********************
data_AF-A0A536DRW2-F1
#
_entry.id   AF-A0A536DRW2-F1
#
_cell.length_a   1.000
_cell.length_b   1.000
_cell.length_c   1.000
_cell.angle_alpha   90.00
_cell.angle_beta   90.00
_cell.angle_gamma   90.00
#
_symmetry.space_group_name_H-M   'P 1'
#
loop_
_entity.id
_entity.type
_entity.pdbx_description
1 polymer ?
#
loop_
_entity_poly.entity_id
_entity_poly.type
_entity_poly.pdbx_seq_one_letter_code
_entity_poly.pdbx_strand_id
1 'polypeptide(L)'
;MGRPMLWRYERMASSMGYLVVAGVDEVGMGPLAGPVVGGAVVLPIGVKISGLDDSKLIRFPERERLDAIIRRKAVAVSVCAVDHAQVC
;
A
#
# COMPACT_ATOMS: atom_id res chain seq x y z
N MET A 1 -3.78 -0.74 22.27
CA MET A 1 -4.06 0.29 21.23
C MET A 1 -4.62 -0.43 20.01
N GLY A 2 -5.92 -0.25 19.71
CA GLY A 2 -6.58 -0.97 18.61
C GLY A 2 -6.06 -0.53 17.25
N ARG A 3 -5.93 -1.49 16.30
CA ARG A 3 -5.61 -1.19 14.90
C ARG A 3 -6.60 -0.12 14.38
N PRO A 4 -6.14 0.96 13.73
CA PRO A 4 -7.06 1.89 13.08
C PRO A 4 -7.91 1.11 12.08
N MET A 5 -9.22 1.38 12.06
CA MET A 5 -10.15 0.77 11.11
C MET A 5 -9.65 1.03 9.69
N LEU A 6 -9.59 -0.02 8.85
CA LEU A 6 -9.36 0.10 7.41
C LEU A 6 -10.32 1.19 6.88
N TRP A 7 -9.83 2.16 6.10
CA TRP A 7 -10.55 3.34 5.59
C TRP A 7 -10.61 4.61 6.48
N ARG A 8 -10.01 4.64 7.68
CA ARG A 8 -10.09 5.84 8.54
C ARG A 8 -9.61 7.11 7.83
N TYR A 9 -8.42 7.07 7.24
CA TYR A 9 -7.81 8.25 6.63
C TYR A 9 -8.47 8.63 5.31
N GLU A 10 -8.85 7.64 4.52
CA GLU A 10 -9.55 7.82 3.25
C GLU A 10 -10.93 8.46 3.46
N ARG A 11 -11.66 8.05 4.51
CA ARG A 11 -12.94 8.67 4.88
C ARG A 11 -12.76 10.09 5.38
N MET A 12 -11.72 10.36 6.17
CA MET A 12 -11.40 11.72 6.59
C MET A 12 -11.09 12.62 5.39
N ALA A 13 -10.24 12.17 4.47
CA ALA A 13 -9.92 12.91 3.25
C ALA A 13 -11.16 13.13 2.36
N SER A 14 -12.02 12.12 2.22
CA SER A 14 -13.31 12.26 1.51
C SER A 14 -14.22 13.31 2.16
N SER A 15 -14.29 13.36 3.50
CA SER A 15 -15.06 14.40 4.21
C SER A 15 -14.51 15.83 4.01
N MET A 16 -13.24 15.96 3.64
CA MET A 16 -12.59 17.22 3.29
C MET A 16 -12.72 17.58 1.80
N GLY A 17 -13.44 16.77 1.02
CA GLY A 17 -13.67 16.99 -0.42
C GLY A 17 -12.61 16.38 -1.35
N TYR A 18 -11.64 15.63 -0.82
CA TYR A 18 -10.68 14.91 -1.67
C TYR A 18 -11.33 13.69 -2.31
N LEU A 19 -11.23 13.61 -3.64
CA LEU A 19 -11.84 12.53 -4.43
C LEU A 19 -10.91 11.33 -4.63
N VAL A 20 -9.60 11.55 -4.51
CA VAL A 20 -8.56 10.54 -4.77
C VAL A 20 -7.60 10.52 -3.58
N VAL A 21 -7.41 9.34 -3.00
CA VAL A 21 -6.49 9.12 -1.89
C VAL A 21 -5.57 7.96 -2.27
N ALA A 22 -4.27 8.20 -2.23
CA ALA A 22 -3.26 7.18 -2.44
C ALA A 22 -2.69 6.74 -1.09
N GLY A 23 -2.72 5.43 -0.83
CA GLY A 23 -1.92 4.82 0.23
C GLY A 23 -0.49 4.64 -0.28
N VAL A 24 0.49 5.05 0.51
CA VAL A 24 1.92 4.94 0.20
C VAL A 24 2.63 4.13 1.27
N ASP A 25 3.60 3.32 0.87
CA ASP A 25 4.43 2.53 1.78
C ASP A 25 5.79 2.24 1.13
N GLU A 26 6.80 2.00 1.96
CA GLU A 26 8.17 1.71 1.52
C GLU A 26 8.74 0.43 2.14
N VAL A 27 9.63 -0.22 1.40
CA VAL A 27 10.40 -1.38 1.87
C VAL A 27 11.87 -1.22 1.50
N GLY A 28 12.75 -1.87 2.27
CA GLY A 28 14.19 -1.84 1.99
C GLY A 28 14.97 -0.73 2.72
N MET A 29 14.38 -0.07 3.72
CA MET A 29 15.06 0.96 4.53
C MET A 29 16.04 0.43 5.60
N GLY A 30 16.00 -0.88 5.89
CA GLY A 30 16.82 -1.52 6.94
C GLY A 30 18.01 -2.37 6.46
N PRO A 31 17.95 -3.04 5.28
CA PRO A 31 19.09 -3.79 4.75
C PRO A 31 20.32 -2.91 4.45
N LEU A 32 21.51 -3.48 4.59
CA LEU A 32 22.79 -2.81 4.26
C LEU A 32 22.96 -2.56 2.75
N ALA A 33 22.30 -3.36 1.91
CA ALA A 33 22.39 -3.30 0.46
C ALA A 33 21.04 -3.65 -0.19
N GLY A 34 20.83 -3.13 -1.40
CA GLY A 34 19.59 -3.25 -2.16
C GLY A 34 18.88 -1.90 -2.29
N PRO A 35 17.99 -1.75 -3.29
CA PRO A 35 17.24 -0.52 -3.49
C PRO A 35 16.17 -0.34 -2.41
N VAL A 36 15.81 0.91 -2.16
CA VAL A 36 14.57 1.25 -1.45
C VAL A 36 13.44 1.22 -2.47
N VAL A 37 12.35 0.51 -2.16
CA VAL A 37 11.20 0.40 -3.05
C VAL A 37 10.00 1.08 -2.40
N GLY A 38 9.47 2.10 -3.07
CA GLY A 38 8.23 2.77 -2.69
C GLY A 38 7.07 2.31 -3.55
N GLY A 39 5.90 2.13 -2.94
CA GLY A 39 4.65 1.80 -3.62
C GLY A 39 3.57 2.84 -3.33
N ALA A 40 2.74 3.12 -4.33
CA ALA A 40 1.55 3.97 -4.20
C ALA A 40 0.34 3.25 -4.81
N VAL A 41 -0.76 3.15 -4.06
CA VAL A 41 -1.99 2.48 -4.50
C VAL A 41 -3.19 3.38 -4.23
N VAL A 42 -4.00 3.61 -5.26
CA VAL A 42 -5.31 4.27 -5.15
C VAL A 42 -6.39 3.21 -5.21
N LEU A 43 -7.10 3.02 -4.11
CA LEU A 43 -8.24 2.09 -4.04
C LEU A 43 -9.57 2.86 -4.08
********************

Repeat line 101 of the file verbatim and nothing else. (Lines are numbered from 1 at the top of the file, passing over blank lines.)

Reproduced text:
CA VAL A 24 1.92 4.94 0.20